Christin: Unfortunately, all chemotherapy treatments failed for me; I was considered to have had no treatment, at least according to my clinic at the time. I really felt so bad in 2021 that I thought I wouldn’t live to see 2022. When the palliative care team stood in front of me, I didn’t want to be treated by them at all. But palliative care is a broad spectrum. It doesn’t automatically mean you’ll die in the next few weeks or months. It is a very holistic treatment that combines pain medicine and naturopathic applications. For me it was the best medical team I have ever had. Personally, it is important to me to show that you can be happy even during a palliative period. I have endless hope, I’m alive. Nevertheless, I have to say, I am an exception.

As the mother of a young daughter, how do you deal with your diagnosis?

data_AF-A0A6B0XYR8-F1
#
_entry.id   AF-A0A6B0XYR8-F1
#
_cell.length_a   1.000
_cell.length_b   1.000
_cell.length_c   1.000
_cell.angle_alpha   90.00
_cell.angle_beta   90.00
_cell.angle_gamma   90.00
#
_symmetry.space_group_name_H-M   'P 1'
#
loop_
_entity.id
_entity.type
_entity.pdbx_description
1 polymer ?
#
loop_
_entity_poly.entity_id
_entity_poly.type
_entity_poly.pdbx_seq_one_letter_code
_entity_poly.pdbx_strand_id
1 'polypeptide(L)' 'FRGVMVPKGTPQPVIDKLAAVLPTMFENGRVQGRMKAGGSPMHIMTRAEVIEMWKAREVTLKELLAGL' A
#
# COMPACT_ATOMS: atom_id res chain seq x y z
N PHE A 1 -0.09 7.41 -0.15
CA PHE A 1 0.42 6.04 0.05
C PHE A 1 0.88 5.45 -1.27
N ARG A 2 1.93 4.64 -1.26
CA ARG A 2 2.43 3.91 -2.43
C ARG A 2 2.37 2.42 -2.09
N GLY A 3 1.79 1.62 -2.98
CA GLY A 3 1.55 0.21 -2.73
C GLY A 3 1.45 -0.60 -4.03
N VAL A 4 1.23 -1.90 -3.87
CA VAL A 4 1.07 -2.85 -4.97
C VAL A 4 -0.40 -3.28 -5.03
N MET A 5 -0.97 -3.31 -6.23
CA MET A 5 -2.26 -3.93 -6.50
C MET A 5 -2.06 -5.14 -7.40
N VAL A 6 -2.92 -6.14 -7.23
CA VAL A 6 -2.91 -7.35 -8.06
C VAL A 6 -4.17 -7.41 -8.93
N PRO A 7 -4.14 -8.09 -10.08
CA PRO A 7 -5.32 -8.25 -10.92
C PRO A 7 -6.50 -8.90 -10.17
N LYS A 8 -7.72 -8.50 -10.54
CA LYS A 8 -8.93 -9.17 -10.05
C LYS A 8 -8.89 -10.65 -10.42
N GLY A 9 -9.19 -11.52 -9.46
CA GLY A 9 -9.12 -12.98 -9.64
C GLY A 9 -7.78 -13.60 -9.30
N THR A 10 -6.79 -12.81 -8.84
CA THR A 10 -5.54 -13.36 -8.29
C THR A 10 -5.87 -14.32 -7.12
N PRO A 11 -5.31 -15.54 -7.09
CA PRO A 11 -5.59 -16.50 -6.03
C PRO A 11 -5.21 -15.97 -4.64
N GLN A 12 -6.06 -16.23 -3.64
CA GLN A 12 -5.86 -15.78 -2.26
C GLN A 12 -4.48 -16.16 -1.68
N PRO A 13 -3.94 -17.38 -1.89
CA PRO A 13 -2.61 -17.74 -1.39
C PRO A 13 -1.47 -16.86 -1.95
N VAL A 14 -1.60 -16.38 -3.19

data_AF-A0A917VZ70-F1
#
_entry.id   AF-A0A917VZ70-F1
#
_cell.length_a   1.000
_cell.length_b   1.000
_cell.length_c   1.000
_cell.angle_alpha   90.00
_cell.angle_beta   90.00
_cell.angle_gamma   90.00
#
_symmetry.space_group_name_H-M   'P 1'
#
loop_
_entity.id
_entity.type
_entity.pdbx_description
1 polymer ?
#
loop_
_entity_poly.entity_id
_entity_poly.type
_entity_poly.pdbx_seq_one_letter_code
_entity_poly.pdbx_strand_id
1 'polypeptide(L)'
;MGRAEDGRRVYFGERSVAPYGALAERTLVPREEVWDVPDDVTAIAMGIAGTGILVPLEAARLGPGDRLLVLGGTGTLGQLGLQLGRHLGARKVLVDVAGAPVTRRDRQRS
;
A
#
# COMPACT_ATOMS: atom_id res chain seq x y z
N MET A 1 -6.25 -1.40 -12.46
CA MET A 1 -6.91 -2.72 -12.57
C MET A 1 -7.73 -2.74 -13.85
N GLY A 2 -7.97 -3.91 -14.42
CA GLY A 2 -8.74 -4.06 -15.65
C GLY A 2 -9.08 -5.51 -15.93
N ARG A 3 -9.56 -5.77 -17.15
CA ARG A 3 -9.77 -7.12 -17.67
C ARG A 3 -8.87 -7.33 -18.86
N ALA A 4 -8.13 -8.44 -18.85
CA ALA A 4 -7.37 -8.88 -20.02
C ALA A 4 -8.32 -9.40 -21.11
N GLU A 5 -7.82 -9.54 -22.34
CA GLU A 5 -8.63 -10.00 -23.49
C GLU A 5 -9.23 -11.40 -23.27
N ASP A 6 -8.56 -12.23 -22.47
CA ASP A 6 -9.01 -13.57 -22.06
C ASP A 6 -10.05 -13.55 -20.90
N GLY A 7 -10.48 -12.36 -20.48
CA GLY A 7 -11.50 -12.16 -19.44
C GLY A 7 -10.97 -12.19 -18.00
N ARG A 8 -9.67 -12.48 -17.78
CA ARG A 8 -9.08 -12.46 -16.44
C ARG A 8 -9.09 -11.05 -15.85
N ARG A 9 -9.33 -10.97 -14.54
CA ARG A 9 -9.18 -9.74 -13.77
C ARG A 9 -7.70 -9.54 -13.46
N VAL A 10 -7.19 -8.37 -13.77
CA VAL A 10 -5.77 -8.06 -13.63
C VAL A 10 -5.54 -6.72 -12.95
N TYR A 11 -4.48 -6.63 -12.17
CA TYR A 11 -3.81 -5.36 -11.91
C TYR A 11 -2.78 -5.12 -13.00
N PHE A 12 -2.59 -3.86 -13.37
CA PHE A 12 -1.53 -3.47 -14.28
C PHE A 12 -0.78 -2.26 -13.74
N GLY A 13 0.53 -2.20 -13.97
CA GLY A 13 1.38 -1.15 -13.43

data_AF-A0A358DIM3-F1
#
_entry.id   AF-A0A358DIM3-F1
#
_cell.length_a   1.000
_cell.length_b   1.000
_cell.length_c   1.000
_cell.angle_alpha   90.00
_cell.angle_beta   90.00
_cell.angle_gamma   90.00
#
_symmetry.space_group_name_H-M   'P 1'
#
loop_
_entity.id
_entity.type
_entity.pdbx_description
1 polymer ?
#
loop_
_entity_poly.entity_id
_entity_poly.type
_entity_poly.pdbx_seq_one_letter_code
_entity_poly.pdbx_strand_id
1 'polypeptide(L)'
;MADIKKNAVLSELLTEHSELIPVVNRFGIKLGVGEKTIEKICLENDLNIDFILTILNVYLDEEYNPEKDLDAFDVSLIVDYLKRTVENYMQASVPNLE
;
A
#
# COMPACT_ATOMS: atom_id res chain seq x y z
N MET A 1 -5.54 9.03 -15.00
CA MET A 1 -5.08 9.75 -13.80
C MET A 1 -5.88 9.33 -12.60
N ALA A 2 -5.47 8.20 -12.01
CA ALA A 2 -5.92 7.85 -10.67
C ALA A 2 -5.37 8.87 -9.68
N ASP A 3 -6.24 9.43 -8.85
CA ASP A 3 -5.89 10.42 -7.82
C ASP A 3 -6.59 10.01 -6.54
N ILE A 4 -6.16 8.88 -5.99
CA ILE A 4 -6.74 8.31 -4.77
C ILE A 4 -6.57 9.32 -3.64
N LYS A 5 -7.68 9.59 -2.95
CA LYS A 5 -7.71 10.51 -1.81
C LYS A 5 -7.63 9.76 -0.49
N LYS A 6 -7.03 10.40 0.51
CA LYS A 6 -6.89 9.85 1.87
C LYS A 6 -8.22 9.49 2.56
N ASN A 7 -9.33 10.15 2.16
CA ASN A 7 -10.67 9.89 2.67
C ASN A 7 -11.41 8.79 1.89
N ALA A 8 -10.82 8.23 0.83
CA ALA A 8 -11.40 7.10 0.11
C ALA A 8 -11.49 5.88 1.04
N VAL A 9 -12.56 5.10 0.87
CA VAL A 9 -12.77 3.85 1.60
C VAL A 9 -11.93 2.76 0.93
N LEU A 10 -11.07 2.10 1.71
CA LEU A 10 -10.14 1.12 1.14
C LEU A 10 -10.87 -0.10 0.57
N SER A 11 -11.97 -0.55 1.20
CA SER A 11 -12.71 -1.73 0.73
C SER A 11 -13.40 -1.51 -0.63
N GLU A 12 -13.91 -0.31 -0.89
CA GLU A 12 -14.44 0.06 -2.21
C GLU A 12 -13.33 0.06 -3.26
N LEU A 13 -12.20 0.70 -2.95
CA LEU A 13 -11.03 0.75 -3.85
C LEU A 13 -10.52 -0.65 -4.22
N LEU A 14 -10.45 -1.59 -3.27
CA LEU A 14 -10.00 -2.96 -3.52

My daughter doesn’t know anything about my illness. She knows that I go to the doctor every two weeks and that Dad will pick her up. And when she comes home, she can wake me up because I’m usually in bed. In the evening we order something to eat, that’s our ritual. But unless I have to go through chemotherapy again, we won’t talk to her about it at home. I am currently receiving immunotherapy and am doing well with it.

Of course I have some limitations and side effects, but otherwise I’m a completely normal mom, a completely normal wife. It depends on the day how much space the topic gets. Often there is no space. But when my next examination is coming up, it will take up a lot of space.